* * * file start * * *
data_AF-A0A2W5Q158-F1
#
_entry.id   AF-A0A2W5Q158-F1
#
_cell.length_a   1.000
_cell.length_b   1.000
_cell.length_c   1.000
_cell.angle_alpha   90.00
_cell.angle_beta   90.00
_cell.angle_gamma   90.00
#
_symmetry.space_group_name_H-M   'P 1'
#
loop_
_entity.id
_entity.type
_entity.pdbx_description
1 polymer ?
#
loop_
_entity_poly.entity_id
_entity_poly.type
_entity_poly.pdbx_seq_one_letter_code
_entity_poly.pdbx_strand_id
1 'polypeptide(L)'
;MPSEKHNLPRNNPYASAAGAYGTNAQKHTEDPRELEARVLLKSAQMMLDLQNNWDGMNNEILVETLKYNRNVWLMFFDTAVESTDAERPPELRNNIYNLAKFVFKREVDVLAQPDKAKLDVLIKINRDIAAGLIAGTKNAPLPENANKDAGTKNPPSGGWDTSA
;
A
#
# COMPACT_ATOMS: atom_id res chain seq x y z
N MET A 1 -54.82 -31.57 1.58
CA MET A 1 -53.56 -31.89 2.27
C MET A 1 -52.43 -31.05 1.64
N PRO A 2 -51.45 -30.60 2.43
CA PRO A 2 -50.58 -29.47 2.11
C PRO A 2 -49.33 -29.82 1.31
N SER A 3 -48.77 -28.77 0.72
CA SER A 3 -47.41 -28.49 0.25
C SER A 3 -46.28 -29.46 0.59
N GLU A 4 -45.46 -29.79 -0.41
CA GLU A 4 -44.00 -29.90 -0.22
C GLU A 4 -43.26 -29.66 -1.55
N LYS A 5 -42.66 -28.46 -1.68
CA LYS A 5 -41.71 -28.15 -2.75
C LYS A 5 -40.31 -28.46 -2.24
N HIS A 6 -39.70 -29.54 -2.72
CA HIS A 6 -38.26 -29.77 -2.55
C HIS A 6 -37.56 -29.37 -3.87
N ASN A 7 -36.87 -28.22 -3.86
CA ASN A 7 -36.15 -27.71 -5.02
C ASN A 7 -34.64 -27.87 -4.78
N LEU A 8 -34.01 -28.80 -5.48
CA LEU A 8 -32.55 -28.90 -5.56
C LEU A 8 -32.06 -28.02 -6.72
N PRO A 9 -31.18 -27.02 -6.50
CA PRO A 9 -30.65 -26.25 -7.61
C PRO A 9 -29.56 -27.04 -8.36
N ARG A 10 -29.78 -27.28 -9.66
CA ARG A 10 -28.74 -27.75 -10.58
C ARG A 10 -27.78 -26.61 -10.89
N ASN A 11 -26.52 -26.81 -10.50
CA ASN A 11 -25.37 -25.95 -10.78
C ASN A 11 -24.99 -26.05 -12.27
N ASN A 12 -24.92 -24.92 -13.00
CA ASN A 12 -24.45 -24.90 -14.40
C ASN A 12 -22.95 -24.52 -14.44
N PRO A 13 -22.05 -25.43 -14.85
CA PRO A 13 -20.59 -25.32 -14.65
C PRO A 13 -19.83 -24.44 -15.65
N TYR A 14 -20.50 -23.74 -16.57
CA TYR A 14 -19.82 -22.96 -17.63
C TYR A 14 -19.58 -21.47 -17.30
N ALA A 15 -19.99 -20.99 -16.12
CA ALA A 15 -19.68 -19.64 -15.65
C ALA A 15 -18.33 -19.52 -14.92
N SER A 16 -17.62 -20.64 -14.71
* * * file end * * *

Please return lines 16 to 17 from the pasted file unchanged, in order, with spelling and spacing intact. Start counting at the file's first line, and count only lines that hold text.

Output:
_entity.type
_entity.pdbx_description